» NY Times: Humanity Is Drawn to Scene of Rescue
Are apartment-dwellers the new "unsaved"?
The numbers don't seem to add up, but it probably comes down to what you consider a Christian. This 2009 poll came up with the number of Christians in America at 76%, total. If we break out the napkin, the laws of math suggest that it would take 170% of home-dwellers being Christian to balance things out.
Another view would be to assume the 5% "saved" number is correct, assume the best for single-family home dwellers (let's say 80% "saved") and you arrive at an America where a mere 37% of the nation is saved. Clearly, that would indicate a very different world around most of us reading this sentence if that were the case.
It would certainly make sense to me that even accounting for differing definitions of what it means to be "saved" for any given poll, the 5% calculation is wildly off-base. While it would be a secure assumption that younger, less rooted individuals and families might not be as mature, decided, or secure in their faith ... I'm guessing that the expectation of such a bleak scenario might be too much. But then again, I live in a heavily Muslim part of town, so I'm sure I could find bring the average down with any findings I might get in my 'hood.
With apologies to the Bay City Rollers, we finally kicked off Saturday night services at Ecclesia last night. There's still a little bit of leg room to go around, which is encouraging to see. Then again, I managed to watch from the lofty perch of the AV team section, doing my darndest to get comfortable with ProPresenter (good program, really ... I just consider Mac products to be of the devil). The message was covering another part of the book of James and came at a time when Ecclesia celebrated it's 11th birthday as a church.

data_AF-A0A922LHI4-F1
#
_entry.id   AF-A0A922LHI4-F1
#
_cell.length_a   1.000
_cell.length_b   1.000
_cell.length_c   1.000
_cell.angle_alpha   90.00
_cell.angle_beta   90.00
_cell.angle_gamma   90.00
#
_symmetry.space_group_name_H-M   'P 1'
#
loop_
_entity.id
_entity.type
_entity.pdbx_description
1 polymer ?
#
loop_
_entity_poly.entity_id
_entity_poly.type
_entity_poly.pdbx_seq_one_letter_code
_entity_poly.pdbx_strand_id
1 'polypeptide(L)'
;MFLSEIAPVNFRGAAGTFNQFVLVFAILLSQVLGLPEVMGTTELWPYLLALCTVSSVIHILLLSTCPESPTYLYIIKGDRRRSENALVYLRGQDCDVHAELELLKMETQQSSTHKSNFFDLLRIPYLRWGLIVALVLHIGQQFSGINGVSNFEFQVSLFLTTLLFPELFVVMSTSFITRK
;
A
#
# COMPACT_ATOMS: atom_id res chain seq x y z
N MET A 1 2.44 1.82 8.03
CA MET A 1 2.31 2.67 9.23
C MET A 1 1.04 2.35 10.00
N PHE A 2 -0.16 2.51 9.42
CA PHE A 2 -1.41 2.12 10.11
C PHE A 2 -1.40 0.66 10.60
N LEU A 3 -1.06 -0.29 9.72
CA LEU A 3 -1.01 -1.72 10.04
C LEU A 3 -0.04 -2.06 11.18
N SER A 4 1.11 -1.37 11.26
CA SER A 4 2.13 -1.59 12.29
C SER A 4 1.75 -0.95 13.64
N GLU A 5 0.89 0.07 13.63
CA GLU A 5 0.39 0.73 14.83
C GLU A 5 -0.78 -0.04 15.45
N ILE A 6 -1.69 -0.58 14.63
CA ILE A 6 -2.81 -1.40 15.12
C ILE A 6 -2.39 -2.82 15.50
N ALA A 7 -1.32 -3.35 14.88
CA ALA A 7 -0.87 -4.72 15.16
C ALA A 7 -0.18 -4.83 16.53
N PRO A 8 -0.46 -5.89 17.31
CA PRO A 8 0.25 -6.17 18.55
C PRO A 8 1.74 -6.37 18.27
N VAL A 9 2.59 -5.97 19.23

26-27 Anyone who sets himself up as "religious" by talking a good game is self-deceived. This kind of religion is hot air and only hot air. Real religion, the kind that passes muster before God the Father, is this: Reach out to the homeless and loveless in their plight, and guard against corruption from the godless world.
1-4 My dear friends, don't let public opinion influence how you live out our glorious, Christ-originated faith. If a man enters your church wearing an expensive suit, and a street person wearing rags comes in right after him, and you say to the man in the suit, "Sit here, sir; this is the best seat in the house!" and either ignore the street person or say, "Better sit here in the back row," haven't you segregated God's children and proved that you are judges who can't be trusted?
5-7 Listen, dear friends. Isn't it clear by now that God operates quite differently? He chose the world's down-and-out as the kingdom's first citizens, with full rights and privileges. This kingdom is promised to anyone who loves God. And here you are abusing these same citizens! Isn't it the high and mighty who exploit you, who use the courts to rob you blind? Aren't they the ones who scorn the new name—"Christian"—used in your baptisms?